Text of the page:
- Diversity is Indispensable. Every plant exudes its own unique blend of sugars, enzymes, phenols, amino acids, nucleic acids, auxins, gibberellins and other biological compounds, many of which act as signals to soil microbes. Root exudates vary continuously over time, depending on the plant’s immediate requirements. The greater the diversity of plants; the greater the diversity of microbes and the more robust the soil ecosystem….
- Limit Chemical Use. The mineral cycle improves significantly when soils are alive. It has been shown, for example, that mycorrhizal fungi can supply up to 90 percent of plants’ N and P requirements. In addition to including companions and multi-species covers in crop rotations, maintaining a living soil often requires that rates of high-analysis synthetic fertilizer and other chemicals be reduced to enable microbes to do what microbes do best….
- Avoid Aggressive Tillage. Tillage may provide an apparent quick-fix to soil problems created by lack of deep-rooted living cover, but repeated and/or aggressive tillage increases the susceptibility of the soil to erosion, depletes soil carbon and organic nitrogen, rapidly mineralizes soil nutrients (resulting in a short-term flush but long-term depletion) and is highly detrimental to beneficial soil-building microbes such as mycorrhizal fungi and keystone invertebrates such as earthworms….
…It is not so much a matter of how much carbon can be sequestered by any particular method in any particular place, but rather, how many soils are sequestering carbon. If all agricultural, garden and public lands were a net sink for carbon we could easily drawdown sufficient CO2 to counter emissions from the burning of fossil fuels.
Everyone benefits when soils are a net carbon sink. Through our food choices and farming and gardening practices we all have the opportunity to influence how soil is managed. Profitable agriculture, nutrient-dense food, clean water and vibrant communities can be ours … if that is what we choose.
The risks are big, and they’re rising, a new report says.
- The GAO says, if emissions stay on their current course, rising temperatures could mean up to $150 billion in lost labor productivity due to missed work hours, up to $89 billion in coastal damage and up to $87 billion in increased energy costs, annually. Agricultural losses could reach $53 billion a year, even though some crop yields could climb.
Georgia Gustin Oct 25 2017 See full Inside Climate News article here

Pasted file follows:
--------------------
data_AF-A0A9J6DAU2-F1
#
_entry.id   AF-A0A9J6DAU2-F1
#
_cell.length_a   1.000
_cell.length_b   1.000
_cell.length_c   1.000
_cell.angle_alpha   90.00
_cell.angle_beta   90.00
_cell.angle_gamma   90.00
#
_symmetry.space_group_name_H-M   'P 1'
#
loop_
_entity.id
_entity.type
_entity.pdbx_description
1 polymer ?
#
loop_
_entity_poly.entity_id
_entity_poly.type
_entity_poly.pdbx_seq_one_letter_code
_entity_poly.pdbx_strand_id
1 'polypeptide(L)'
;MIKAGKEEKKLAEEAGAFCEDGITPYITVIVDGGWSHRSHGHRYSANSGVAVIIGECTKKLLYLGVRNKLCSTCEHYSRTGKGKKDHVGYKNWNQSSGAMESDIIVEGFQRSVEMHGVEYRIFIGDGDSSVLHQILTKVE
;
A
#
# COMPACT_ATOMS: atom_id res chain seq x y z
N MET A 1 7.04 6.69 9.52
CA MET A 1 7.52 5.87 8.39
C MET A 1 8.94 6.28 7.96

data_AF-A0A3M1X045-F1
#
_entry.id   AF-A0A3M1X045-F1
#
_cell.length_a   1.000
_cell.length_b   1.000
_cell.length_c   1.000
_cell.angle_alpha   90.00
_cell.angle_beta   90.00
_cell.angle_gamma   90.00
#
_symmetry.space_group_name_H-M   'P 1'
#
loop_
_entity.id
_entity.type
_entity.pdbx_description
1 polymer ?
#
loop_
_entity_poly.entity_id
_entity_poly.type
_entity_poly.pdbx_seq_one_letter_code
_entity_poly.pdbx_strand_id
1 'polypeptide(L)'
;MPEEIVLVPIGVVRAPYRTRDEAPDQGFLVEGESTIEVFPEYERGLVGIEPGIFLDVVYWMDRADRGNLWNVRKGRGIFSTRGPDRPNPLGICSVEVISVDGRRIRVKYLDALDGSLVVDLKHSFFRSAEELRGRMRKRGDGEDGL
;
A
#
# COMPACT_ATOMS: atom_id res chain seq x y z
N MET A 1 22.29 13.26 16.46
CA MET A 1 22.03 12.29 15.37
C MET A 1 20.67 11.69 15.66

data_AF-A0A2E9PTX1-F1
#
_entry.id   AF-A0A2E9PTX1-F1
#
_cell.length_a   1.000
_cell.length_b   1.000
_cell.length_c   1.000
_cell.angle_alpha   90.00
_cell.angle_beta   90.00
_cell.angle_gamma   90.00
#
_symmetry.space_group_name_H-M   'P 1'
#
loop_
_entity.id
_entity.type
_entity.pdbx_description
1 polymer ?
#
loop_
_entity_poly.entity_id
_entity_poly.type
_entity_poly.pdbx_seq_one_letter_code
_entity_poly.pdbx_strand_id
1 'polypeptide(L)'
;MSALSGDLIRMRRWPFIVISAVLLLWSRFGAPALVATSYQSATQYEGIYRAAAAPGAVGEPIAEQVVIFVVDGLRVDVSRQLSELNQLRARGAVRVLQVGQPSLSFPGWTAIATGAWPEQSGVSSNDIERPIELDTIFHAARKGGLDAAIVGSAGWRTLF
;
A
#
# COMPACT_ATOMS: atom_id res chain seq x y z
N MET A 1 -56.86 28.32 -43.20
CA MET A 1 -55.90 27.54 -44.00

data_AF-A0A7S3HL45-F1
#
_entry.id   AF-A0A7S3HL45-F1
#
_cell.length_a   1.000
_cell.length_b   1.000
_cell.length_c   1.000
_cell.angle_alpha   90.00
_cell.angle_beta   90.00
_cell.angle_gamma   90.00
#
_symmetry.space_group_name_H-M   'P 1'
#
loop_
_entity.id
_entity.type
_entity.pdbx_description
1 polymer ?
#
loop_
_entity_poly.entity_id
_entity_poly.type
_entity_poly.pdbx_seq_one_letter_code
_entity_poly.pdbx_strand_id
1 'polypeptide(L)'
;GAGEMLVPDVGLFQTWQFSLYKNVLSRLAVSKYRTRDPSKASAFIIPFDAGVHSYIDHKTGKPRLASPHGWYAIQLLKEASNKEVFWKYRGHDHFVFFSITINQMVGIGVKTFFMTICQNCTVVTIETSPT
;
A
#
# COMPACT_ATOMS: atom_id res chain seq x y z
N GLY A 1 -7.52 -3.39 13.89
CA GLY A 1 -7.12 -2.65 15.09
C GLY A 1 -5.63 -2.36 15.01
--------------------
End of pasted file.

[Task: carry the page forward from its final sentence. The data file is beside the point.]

The auditing arm of Congress says the costs of climate change are likely to soar in the decades ahead, and it is urging the federal government to get a better grip on the risks to the economy and to the federal budget.
The Government Accountability Office, in a report issued on Tuesday, cited a range of research concluding that the costs of worsening droughts, floods, wildfires, heat waves and storms will run into hundreds of billions of dollars and threaten many parts of the economy, while hitting some regions particularly hard.
But so far, it said, too little is being done to understand and defend against the dangers.
“Even with the magnitude of these disaster recovery costs, the federal government does not have government-wide strategic planning efforts in place to help set clear priorities for managing significant climate risks before they become federal fiscal exposures,” the report says.
Already, the report noted, direct costs to the federal government for expenses like firefighting, flood insurance and payments for lost crops have come to about $350 billion in the past decade. (The figures don’t include tens of billions yet to be paid for the latest season of storms and fires; and the costs inflicted across the whole economy are much bigger than those reflected in the federal budget.)…
- Americans are willing to pay a carbon tax that would increase their household energy bills by $15 per month, or about 15%, on average
October 24 2017 read full SkepticalScience article here
According to a new study published by Yale scientists in Environmental Research Letters, Americans are willing to pay a carbon tax that would increase their household energy bills by $15 per month, or about 15%, on average. This result is consistent with a survey from last year that also found Americans are willing to pay an average of $15 to $20 per month to combat climate change. Another recent Yale survey found that overall, 78% of registered American voters support taxing and/or regulating carbon pollution, including 67% of Republicans and 60% of conservative Republicans…
….The new Yale study also asked survey participants how they would like to use the revenue generated by a carbon tax. Supporting the development of solar and wind energy and funding infrastructure improvements were the two most popular choices (around 80% support), followed by assisting displaced coal workers (73% support) and paying down the national debt (67% support). Interestingly, the option of returning the revenue back to taxpayers was supported by fewer than half of Americans – both Republicans and Democrats….